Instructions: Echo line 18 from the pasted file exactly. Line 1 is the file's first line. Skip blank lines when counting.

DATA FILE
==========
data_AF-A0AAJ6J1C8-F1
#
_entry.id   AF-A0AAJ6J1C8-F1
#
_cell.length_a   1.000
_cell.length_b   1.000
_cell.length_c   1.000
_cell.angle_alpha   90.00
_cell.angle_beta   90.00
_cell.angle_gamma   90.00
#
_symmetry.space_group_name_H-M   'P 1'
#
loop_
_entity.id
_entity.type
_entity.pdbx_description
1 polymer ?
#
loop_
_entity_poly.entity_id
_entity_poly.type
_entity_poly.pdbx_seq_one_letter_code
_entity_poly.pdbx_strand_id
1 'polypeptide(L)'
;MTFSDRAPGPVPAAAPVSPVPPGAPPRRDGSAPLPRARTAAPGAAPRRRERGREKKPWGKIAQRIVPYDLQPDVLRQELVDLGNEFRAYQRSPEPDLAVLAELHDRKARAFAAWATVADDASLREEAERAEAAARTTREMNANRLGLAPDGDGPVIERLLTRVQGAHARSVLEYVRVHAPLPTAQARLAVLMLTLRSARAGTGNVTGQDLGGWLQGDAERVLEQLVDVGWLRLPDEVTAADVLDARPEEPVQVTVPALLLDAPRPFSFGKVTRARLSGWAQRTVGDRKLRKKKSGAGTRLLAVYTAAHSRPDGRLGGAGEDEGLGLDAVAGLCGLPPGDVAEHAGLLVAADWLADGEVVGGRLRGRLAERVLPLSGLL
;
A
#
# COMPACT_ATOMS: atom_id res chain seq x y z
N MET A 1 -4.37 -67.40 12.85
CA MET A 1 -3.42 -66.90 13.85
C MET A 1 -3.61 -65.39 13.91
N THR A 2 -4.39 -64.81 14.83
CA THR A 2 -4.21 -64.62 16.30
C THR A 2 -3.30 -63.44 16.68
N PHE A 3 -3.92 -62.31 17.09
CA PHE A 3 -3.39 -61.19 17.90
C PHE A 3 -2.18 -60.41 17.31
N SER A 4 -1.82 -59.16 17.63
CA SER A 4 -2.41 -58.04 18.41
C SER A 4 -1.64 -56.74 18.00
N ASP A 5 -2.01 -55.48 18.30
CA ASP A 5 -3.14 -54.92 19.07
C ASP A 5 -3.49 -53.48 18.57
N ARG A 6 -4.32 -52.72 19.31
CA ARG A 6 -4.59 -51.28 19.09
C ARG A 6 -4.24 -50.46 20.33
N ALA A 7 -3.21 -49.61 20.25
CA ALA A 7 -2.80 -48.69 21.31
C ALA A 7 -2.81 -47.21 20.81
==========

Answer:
1 polymer ?